I recently read a secular book titled, Anger Management: How to Control Your Anger and Get the Most out of Life, by Amish Shah. In it, the author attempts to give the reader tools with which to manage one’s anger, in order to live a happier life.
Shah begins by explaining that anger itself is not wrong, but that because of how people naturally express anger in outward, often violent ways, people have been conditioned to suppress and try to ignore their anger. Shaw says, though, that it is not healthy to hold your anger inside – that you have to let it out somehow. However, Shah says that throwing things, stomping around, screaming and hurting other people are not correct ways to handle one’s anger. Thus, Shah explains how to handle and manage one’s anger in “healthier” ways, which in turn will lead to a happier life.
However, while Shah rejects certain ways of handling one’s anger, he really never gives an explanation of why it is not okay to handle one’s anger in these ways. He assumes it is unhealthy, and that harming other people is wrong, but he has no foundation on which to base these assumptions.
Because he does not have a biblical viewpoint, Shah misattributes symptoms to the wrong issues. For instance, he says that the widespread issue of child abuse, as well as the domestic murder of children, such as “Shaken Baby Syndrome,” are a direct result of not knowing how to manage one’s anger. This is the source of domestic violence, and, Shah says, it is a learned behavior. If a parent does not manage his anger, and this leads to domestic violence, the children of that family will grow up to repeat the same poor management actions of their parents, unless they earn to manage their anger correctly.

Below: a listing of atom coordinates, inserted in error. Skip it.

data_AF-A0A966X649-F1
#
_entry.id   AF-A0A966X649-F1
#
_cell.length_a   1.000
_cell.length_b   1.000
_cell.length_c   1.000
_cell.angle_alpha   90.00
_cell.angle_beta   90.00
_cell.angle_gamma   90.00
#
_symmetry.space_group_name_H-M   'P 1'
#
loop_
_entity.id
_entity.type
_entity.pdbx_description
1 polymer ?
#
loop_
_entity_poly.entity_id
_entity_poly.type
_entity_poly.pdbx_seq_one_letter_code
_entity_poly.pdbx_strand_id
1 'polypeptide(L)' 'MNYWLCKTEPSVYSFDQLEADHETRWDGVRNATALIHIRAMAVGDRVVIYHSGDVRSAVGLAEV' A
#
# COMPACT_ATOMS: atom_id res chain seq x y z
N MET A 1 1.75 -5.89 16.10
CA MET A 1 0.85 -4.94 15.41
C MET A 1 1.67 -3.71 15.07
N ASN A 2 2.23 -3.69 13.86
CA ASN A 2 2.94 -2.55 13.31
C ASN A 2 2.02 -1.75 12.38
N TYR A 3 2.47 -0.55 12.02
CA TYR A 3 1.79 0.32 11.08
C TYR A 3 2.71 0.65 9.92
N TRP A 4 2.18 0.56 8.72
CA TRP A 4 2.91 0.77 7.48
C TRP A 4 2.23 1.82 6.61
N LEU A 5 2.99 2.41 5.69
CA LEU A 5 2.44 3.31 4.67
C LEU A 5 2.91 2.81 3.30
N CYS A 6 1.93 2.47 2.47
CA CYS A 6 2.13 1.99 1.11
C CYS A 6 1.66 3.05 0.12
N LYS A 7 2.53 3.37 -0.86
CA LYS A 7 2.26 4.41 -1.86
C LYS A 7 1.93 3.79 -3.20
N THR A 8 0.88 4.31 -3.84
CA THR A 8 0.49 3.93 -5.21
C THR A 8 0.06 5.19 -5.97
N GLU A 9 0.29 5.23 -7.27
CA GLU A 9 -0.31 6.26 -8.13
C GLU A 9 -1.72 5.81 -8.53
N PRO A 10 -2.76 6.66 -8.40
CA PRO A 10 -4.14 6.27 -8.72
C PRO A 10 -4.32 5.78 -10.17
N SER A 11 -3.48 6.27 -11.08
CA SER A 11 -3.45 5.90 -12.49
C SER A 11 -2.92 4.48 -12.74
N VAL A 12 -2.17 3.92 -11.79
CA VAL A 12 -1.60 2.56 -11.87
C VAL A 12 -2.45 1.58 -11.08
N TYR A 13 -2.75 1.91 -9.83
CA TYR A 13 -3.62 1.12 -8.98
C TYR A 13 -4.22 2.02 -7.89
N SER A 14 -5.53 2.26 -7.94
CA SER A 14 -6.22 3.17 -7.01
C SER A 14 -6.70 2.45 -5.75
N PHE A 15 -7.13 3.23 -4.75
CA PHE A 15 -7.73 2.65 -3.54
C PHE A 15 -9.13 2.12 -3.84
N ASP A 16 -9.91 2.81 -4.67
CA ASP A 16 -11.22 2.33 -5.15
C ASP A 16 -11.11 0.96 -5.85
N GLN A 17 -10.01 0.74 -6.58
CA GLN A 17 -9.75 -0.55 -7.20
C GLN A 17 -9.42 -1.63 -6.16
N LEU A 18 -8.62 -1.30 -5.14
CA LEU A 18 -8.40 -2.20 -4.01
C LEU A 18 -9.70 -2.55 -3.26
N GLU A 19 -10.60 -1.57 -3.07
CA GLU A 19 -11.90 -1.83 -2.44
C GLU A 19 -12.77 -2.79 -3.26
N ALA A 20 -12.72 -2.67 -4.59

Shah’s lack of a biblical worldview causes him to miss the fact that these things are in the world because of sin, and the will continue to happen because people are sinful. The only issue is to deal with our sin by turning to Christ.
Because there is no addressing of the heart, there can be no real change. Shah’s entire book focuses on behavior modification, such as avoiding things that trigger one’s anger, and controlling how you react to those things when you cannot avoid them. Thus, there is no true solution that gets to the heart of the issue, which is an issue of the heart.
Shah offers some practical tips on recognizing and redirecting anger in yourself and your children, but offers no solutions as to how to enact true change in yourself or in others. The book offers no real answer to the question, “How can I get over this?” Rather, it leaves the reader a helpless victim of his anger, with only a few simple tools to suppress or redirect the anger, with absolutely no real victory over a sinful response to circumstances.
Until we turn to Christ to ask Him to take away the guilt, penalty and power of sin, we can never experience true victory over our sin.